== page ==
Viki Sews Diana Coat

I have purchased all materials, patterns, workshops, etc. myself. All opinions are my own.

The Viki Sews Diana coat pattern features a wide revers collar, belt, and center back vent. It hits at the mid-calf and has full-length sleeves.

A year after sewing the Goldstream Peacoat with my husband, the time had finally come where I feel like tackling another big coat project! This time, the coat was to be for me, though. The pattern I chose is the Diana Coat by Viki Sews. It’s a beautiful classic single-breasted coat pattern with a vent in the center back, belt and revers collar. I get cold easily and I have a very heavy RTW coat for the depths of winter. My Diana coat is a bit lighter and I’m planning to wear it as a transitional piece in late fall and early spring.

Gathering Materials

The main fabric is a German Tweed by Zuleeg. I had actually purchased this on our first trip to Zuleeg last fall. This fabric is fully made in Germany! The sheep roam the Swabian Alps, the yarns are spun in Zwickau, Saxony, and the fabric is finally woven by Zuleeg in Helmbrechts, Bavaria. I picked up 3.5 meters of it in the colorway “Schneewittchen” (the German name of the fairytale character Snow White).

Bettina is standing and holding her Viki Sews Diana coat open with her hands. The lining, quilted white viscose satin, is visible.

For the lining, I used a viscose satin from WilliamGee. For a bit more warmth, I quilted Climashield Apex insulation to the satin lining of the bodice pieces. The sleeves are simply lined with the satin.

I used a variety of interfacings in this project. Hair canvas for the coat fronts, under collar and coat hem. Pro-Weft Supreme Light and Medium for the coat sides and backs, sleeve heads and hems, upper collar and front facings. The belt was interfaced with cotton organdy.

I made the shoulder pads according to the instructions from Closet Case Patterns with a remnant of a light wool felt and some polyester batting. The sleeve heads are simply narrow rectangles of a cotton flannel.

The roll lines and front edges of the coat are reinforced with twill tape. I reinforced the seams at the shoulder and collar with light-weight edge tape (as opposed to cutting narrow strips of fusible myself).

Size Selection and Adjustments

I selected size 42, height group 4 based on my measurements:

Bust: 95cm/37.5in
Waist: 73cm/29in
Hips: 103cm/40.5in
Height: 178cm/5ft 10in

After measuring the pattern, I increased shoulder length (width) by about 2.5cm/1in. I shortened the bodice by 4cm above the waist, because I have a short torso. After making a muslin, I shortened the sleeves by 4cm/1.5in, but I should probably have only shortened them half that amount.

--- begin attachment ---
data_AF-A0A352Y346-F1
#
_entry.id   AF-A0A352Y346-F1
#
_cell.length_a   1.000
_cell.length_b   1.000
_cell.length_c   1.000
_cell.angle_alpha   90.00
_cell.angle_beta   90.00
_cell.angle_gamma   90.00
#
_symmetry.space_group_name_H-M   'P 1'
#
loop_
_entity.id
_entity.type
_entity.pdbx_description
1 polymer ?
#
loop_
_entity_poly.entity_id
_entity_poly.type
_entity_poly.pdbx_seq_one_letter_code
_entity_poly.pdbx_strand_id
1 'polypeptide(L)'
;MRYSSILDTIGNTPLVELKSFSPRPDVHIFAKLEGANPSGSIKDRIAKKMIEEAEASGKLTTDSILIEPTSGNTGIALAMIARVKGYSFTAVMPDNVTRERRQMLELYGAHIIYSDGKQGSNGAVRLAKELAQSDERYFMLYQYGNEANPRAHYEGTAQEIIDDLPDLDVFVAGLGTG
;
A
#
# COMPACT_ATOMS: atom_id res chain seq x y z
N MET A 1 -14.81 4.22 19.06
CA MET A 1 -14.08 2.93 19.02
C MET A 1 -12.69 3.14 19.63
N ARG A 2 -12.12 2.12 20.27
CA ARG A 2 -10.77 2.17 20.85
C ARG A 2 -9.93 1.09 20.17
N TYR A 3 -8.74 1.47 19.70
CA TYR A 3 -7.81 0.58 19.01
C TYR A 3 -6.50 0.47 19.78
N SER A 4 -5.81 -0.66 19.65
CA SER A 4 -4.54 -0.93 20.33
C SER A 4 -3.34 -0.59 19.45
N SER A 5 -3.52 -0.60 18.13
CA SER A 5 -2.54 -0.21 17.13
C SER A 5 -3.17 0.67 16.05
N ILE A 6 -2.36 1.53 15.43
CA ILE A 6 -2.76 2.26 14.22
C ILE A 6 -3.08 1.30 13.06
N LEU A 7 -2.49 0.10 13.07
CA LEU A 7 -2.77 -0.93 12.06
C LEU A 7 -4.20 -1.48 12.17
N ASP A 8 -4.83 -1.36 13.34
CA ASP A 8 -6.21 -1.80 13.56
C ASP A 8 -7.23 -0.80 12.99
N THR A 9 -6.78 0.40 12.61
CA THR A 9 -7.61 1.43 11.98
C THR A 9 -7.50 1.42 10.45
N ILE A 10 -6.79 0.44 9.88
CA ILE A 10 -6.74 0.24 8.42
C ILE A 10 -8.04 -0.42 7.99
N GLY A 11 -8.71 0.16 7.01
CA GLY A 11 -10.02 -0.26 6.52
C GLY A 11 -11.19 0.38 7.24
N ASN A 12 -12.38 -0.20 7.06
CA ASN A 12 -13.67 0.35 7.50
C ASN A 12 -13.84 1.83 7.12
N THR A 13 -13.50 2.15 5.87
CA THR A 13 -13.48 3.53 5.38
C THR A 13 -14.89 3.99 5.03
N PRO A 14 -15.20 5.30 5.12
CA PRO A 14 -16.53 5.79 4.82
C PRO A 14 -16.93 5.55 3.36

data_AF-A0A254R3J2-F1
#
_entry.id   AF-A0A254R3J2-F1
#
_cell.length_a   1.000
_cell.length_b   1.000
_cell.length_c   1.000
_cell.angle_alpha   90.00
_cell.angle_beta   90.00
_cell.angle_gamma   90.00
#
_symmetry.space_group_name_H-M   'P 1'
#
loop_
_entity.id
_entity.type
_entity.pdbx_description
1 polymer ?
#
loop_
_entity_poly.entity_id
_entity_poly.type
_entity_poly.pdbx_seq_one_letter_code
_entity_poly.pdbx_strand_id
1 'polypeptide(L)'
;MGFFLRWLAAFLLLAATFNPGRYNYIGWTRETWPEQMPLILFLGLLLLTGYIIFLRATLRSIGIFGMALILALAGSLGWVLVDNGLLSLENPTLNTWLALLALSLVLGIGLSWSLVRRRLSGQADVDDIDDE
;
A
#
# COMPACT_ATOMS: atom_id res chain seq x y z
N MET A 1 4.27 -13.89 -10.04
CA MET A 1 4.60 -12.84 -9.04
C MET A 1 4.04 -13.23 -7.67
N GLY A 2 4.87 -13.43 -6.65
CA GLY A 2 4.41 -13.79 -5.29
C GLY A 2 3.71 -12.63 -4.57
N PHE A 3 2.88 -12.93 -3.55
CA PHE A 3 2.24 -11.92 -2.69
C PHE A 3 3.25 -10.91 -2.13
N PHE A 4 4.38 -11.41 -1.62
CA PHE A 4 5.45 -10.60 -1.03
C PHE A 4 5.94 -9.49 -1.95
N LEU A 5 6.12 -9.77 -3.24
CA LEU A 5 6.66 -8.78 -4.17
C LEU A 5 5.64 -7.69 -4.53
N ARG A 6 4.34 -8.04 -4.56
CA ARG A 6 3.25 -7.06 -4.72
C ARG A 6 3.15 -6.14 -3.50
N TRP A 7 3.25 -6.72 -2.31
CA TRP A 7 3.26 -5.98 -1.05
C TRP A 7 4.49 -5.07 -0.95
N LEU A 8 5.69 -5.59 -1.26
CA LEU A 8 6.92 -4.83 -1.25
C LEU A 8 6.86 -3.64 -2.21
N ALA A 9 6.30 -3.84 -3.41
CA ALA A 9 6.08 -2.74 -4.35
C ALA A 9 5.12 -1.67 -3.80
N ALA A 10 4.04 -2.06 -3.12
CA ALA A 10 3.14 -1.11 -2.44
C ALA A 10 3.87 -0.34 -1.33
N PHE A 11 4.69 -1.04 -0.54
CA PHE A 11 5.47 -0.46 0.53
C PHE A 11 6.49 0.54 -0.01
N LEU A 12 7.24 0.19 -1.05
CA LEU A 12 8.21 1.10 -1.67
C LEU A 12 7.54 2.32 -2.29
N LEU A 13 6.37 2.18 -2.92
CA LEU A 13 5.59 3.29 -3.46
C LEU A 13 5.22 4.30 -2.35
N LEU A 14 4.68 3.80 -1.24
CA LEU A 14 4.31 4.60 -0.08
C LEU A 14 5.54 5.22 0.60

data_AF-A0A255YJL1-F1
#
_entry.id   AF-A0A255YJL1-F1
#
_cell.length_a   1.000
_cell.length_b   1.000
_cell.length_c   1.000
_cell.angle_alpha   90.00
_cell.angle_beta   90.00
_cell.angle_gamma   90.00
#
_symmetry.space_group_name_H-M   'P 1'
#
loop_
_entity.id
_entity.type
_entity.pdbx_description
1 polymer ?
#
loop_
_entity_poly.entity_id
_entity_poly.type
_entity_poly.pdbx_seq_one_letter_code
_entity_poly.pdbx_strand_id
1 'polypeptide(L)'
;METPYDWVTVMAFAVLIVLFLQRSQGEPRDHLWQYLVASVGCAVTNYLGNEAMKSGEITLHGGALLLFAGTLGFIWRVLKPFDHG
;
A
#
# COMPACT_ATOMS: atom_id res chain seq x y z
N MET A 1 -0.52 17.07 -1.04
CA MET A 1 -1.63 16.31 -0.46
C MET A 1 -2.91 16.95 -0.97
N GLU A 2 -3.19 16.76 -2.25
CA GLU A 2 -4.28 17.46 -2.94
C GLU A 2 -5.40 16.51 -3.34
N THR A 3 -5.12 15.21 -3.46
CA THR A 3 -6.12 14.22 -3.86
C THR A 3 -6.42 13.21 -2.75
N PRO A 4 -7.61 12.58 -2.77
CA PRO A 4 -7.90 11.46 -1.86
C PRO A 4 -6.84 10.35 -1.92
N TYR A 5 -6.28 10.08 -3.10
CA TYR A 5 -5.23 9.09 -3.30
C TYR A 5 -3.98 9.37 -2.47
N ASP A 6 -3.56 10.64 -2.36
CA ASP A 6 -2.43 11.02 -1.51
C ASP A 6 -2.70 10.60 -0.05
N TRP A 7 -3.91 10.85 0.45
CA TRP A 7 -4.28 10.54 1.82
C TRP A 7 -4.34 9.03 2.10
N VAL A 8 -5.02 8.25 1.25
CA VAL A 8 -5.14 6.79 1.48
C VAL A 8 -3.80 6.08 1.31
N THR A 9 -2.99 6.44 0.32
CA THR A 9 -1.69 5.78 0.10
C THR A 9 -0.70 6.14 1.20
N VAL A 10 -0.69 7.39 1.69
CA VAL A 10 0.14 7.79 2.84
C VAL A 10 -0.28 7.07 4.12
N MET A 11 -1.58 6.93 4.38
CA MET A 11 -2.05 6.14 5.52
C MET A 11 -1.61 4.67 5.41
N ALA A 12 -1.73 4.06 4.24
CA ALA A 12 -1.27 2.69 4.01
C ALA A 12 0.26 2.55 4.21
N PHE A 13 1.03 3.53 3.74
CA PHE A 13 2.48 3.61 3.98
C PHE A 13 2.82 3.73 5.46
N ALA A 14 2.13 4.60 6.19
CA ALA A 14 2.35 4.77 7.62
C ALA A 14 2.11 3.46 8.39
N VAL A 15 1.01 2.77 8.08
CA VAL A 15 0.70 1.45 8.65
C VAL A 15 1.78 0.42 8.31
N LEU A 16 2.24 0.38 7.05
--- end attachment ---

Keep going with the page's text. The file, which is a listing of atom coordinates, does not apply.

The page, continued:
Tailoring & Constructing Viki Sews Diana

I enjoy hand sewing and tailoring, so I opted to interface the coat fronts and undercollar by padstitching the hair canvas to the fashion fabric. This is certainly a time-consuming step that can be omitted in favor of speed-tailoring with fusible interfacings, but it does give more control.

Close-up photo of an unfinished collar of a VikiSews Diana coat. The hair canvas and padstitching are still visible.
The back (and sides) are interfaced with fusible, the fronts (and revers) are interfaced with hair canvas padstitched to the fashion fabric.

I constructed the coat and lining using a mix of the pattern instructions and the book Tailoring from the Singer Sewing Reference Library. I wholeheartedly recommend this book. It’s available used for cheap and offers a wealth of information and instructions for tailoring jackets and coats using three levels of tailoring (“custom”, “fusible” and “machine”). It also shows how to install a full or partial lining, tailor different types of collars, how and when to sew different kinds of button holes, and much more.

The pattern instructions use a speed tailoring approach, wherein fusible interfacings shape and structure the garment. Hand sewing is used almost exclusively to baste seams before stitching by machine. Traditional tailoring, on the other hand, uses lots of permanent hand sewing.

Bettina is standing in a wide boulevard lined with trees. She's back-lit dramatically and wearing her Viki Sews Diana coat.

Conclusion

The instructions for the Viki Sews Diana coat are very thorough and contain many photographs. I would say it’s quite achievable to sew this coat using Google Translate, my handy Russian-English sewing dictionary and – when worst comes to worst – just studying the photos closely.

I’m very pleased with the fit of my coat, after making only minor adjustments. The finish is also very nice – definitely the best-made garment I own. I’m looking forward to wearing it for many years to come. One change I would make is to lengthen the belt a bit.

More progress photos are on Instagram at #dianaprogress and in my saved story highlight.

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